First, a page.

For patients with cancer, severe acute respiratory syndrome coronavirus 2 (SARS-CoV-2) susceptibility and coronavirus disease 2019 (COVID-19) phenotype may vary with each tumor subtype, with most notable increases in hospital presentation among patients with hematologic cancers, according to study results published in The Lancet Oncology.

A team of United Kingdom-based investigators conducted a study to determine the risk for COVID-19 depending on tumor subtype and demographics among patients with cancer. The researchers used data from patients who were enrolled in the UK Coronavirus Cancer Monitoring Project (UKCCMP) to compare with a parallel control population of patients with cancer who did not have COVID-19 infection.

The primary outcome measured the effects of subtype, age, and sex on the prevalence of SARS-CoV-2 and case-fatality during hospital admission. Additionally, the researchers also used univariable and multivariable models to measure the association between tumor subtype and patient demographics with the prevalence of COVID-19 and associated mortality.

A total of 1044 patients (56.9% men; median age, 70 years) from the UKCCMP database were included in the analysis. Participants in this cohort had active cancer with a specified cancer subtype and documented SARS-CoV-2 infection or COVID-19. The median follow-up for either discharge from hospital or death was 6 days.


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Compared with patients in the control population (282,878 individuals), patients with cancer and COVID-19 infection were significantly more likely to be men (odds ratio [OR], 1.26; P =.0002), however, age distribution did not vary between both groups.

An increased risk for COVID-19 infection was significantly associated with hematologic cancers, including leukemia (OR, 2.28; 95% CI, 2.21-3.55; P <.0001), myeloma (OR, 2.03; 95% CI, 1.42-2.83; P =.0001), and lymphoma (OR, 1.63; 95% CI, 1.28–2.06; P <.0001). While hematologic cancers were overrepresented in the UKCCMP cohort, lung and prostate cancers were underrepresented. In addition, the trajectory for more severe COVID-19 infection was more significant in hematologic malignancies compared with solid tumors (OR, 1.57; 95% CI, 1.15-2.15; P =.028).

Of the 1044 patients, 319 died (30.6%); 295 of deaths (92.5%) were reportedly due to COVID-19. Increasing patient age was positively correlated with an all-cause case-fatality rate.

Compared with patients who did not receive recent chemotherapy treatment, univariate variable analysis results suggested that recent chemotherapy treatment in patients with hematologic cancers was not significantly associated with an increased risk of death; however, following correction for age and sex, death among this patient group was significantly associated with hospital admission due to COVID-19 (OR, 2.09; 95% CI, 1.09-4.08; P =.028).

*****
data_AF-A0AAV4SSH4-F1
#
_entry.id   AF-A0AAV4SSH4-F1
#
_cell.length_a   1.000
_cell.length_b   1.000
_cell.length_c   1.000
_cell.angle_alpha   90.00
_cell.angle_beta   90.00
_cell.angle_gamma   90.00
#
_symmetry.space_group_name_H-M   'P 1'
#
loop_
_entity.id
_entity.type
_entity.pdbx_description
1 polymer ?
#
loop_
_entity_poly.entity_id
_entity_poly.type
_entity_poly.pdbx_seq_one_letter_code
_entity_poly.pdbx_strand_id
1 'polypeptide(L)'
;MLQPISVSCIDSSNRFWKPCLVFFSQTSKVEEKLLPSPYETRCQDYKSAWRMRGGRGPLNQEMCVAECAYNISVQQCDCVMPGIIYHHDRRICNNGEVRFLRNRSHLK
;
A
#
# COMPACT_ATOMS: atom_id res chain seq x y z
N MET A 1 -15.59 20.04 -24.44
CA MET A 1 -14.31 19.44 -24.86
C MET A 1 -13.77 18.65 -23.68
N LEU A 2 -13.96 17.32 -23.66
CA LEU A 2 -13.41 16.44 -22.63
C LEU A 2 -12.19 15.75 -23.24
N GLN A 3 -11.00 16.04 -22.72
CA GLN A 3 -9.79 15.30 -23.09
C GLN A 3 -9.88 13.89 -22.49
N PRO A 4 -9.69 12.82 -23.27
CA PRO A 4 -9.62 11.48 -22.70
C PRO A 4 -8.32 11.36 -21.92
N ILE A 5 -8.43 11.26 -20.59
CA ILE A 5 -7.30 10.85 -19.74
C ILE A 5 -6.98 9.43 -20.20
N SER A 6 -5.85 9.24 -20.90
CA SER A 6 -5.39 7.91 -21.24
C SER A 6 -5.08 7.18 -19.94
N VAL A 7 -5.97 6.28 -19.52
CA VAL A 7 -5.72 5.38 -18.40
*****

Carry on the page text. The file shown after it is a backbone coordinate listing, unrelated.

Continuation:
“Morbidity and case-fatality rates from COVID-19 in UK patients with cancer who attend hospital are relatively high, particularly in older patients and those with [hematological] malignancies, but not all cancer patients are affected equally,” noted the investigators.

Patients with breast cancer or cancers of the female genital tract were at a much lower risk of contracting or dying from COVID-19; however, multivariable analysis results suggested that the lower risk was due to the patient’s sex rather than their cancer type.

“This important finding could allow clinicians some ability to risk stratify their patients and make informed decisions on appropriate levels of social isolation and shielding. Future work by the UKCCMP, in collaboration with international consortia, will define risk in much greater granularity, including different subtypes of a given [tumor],” the concluded the authors.

Disclosures: Some authors have declared affiliations with or received funding from the pharmaceutical industry. Please refer to the original study for a full list of disclosures.

Reference

Lee LYW, Cazier J-B, Starkey J, et al. COVID-19 prevalence and mortality in patients with cancer and the effect of primary tumor subtype and patient demographics: a prospective cohort study. Lancet Oncol. Published online August 24, 2020. doi:10.10.16/S1470-2045(20)30442-3